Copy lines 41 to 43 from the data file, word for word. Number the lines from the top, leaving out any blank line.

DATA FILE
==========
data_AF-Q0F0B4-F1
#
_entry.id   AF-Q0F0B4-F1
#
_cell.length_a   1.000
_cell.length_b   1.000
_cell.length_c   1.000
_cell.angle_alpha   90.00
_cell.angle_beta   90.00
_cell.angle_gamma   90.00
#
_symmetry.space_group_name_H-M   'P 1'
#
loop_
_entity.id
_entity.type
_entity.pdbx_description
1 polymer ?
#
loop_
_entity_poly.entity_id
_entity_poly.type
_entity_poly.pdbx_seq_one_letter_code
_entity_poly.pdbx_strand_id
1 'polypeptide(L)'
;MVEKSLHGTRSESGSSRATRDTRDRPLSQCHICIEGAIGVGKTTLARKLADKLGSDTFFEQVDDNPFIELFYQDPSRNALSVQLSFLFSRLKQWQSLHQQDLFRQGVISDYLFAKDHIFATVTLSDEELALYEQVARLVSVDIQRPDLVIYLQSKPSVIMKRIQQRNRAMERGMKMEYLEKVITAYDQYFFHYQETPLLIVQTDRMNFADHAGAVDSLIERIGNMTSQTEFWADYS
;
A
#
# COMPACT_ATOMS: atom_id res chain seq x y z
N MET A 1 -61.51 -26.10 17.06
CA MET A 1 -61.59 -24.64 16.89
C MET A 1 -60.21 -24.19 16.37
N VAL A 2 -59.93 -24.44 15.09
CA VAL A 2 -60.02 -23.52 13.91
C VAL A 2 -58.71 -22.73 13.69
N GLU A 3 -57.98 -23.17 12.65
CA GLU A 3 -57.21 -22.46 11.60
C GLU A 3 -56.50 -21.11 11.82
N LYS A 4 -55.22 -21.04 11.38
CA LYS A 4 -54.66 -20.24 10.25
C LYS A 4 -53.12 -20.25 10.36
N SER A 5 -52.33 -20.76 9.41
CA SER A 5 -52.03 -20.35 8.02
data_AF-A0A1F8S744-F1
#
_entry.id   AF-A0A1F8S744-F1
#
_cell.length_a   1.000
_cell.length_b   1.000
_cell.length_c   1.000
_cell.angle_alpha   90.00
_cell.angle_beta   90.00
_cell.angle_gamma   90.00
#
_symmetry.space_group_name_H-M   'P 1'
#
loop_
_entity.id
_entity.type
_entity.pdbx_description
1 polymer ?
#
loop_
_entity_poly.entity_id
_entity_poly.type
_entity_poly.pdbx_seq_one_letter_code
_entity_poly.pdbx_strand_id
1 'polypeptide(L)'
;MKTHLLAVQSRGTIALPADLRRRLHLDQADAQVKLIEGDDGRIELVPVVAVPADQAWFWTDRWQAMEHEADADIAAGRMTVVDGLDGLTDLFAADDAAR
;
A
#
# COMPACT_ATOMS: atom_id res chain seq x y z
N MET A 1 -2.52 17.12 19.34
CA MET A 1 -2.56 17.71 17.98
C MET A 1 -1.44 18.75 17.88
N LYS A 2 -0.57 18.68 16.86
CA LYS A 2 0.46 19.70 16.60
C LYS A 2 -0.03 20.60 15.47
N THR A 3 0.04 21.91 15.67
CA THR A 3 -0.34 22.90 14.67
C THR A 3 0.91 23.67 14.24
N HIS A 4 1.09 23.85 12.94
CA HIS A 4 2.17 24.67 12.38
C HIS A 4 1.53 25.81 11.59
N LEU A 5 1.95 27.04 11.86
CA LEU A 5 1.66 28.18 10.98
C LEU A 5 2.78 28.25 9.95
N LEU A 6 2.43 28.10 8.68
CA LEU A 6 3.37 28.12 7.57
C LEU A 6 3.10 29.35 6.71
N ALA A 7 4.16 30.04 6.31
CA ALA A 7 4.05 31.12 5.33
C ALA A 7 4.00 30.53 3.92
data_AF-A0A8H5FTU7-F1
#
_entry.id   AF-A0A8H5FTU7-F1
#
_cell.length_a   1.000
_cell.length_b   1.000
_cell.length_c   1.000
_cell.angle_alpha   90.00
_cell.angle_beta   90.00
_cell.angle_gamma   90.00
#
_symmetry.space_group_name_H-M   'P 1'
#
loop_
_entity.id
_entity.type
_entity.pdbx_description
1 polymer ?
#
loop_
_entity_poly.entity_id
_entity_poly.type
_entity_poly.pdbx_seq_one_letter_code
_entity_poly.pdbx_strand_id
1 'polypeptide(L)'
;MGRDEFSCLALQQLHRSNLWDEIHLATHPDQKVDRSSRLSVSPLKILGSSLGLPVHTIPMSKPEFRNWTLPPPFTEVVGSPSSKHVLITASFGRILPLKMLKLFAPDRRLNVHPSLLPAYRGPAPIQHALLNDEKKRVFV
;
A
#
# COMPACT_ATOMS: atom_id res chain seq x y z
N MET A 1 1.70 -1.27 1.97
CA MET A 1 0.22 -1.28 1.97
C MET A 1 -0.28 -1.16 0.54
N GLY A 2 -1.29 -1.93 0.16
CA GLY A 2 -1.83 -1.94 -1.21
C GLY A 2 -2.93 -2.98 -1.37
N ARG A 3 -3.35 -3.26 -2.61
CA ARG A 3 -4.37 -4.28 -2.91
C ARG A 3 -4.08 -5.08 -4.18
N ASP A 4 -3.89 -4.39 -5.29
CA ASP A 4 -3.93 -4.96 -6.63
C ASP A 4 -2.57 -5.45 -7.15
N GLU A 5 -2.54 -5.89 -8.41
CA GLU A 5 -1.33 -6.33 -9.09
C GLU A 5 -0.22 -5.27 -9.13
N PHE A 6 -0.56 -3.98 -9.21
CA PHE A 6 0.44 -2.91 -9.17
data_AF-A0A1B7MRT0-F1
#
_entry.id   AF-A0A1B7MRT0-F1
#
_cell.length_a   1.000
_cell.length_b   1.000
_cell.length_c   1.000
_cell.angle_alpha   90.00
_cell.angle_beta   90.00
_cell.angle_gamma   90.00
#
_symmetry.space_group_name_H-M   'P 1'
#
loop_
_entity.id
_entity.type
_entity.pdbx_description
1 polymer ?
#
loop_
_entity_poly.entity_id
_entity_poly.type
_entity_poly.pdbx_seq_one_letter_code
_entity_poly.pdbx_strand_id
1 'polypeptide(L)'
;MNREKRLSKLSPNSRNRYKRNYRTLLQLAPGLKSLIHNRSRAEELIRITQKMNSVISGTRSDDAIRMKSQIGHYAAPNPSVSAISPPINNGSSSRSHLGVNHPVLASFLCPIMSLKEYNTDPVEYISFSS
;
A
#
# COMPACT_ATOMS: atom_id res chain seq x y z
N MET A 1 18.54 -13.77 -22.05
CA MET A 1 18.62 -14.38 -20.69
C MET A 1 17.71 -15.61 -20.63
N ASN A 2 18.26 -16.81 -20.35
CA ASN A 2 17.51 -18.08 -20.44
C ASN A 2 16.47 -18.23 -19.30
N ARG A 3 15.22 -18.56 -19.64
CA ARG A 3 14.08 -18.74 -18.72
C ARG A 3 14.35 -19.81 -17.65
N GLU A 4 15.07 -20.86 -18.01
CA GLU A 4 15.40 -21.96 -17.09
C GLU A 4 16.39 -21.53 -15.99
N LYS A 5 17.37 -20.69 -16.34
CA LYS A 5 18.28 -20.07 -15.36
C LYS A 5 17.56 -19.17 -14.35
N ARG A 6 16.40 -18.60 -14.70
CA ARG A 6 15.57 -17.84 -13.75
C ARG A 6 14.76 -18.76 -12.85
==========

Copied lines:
CA LYS A 4 -54.66 -20.24 10.25
C LYS A 4 -53.12 -20.25 10.36
N SER A 5 -52.33 -20.76 9.41